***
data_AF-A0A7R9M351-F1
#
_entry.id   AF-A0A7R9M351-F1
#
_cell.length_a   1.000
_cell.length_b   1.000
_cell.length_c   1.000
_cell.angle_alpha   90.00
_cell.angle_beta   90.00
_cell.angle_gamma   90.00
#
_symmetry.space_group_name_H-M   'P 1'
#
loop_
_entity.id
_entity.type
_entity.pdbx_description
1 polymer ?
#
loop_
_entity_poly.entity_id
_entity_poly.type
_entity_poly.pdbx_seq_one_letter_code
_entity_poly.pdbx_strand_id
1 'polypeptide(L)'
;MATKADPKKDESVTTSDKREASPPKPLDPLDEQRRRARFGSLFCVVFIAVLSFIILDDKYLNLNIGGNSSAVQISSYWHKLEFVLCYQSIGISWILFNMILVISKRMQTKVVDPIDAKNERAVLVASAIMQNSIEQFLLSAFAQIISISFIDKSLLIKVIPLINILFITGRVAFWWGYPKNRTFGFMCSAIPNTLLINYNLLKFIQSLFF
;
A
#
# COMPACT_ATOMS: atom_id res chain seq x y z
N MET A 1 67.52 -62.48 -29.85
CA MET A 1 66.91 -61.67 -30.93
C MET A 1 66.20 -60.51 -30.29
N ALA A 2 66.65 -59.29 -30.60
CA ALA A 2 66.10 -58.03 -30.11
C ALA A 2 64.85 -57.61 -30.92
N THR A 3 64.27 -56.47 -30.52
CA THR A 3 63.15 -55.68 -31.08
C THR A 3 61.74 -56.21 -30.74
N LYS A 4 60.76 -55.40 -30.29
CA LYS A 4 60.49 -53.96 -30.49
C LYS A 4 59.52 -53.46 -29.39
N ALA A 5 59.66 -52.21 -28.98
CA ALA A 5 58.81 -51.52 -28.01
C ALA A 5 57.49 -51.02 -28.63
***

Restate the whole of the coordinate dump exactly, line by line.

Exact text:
data_AF-A0A7R9M351-F1
#
_entry.id   AF-A0A7R9M351-F1
#
_cell.length_a   1.000
_cell.length_b   1.000
_cell.length_c   1.000
_cell.angle_alpha   90.00
_cell.angle_beta   90.00
_cell.angle_gamma   90.00
#
_symmetry.space_group_name_H-M   'P 1'
#
loop_
_entity.id
_entity.type
_entity.pdbx_description
1 polymer ?
#
loop_
_entity_poly.entity_id
_entity_poly.type
_entity_poly.pdbx_seq_one_letter_code
_entity_poly.pdbx_strand_id
1 'polypeptide(L)'
;MATKADPKKDESVTTSDKREASPPKPLDPLDEQRRRARFGSLFCVVFIAVLSFIILDDKYLNLNIGGNSSAVQISSYWHKLEFVLCYQSIGISWILFNMILVISKRMQTKVVDPIDAKNERAVLVASAIMQNSIEQFLLSAFAQIISISFIDKSLLIKVIPLINILFITGRVAFWWGYPKNRTFGFMCSAIPNTLLINYNLLKFIQSLFF
;
A
#
# COMPACT_ATOMS: atom_id res chain seq x y z
N MET A 1 67.52 -62.48 -29.85
CA MET A 1 66.91 -61.67 -30.93
C MET A 1 66.20 -60.51 -30.29
N ALA A 2 66.65 -59.29 -30.60
CA ALA A 2 66.10 -58.03 -30.11
C ALA A 2 64.85 -57.61 -30.92
N THR A 3 64.27 -56.47 -30.52
CA THR A 3 63.15 -55.68 -31.08
C THR A 3 61.74 -56.21 -30.74
N LYS A 4 60.76 -55.40 -30.29
CA LYS A 4 60.49 -53.96 -30.49
C LYS A 4 59.52 -53.46 -29.39
N ALA A 5 59.66 -52.21 -28.98
CA ALA A 5 58.81 -51.52 -28.01
C ALA A 5 57.49 -51.02 -28.63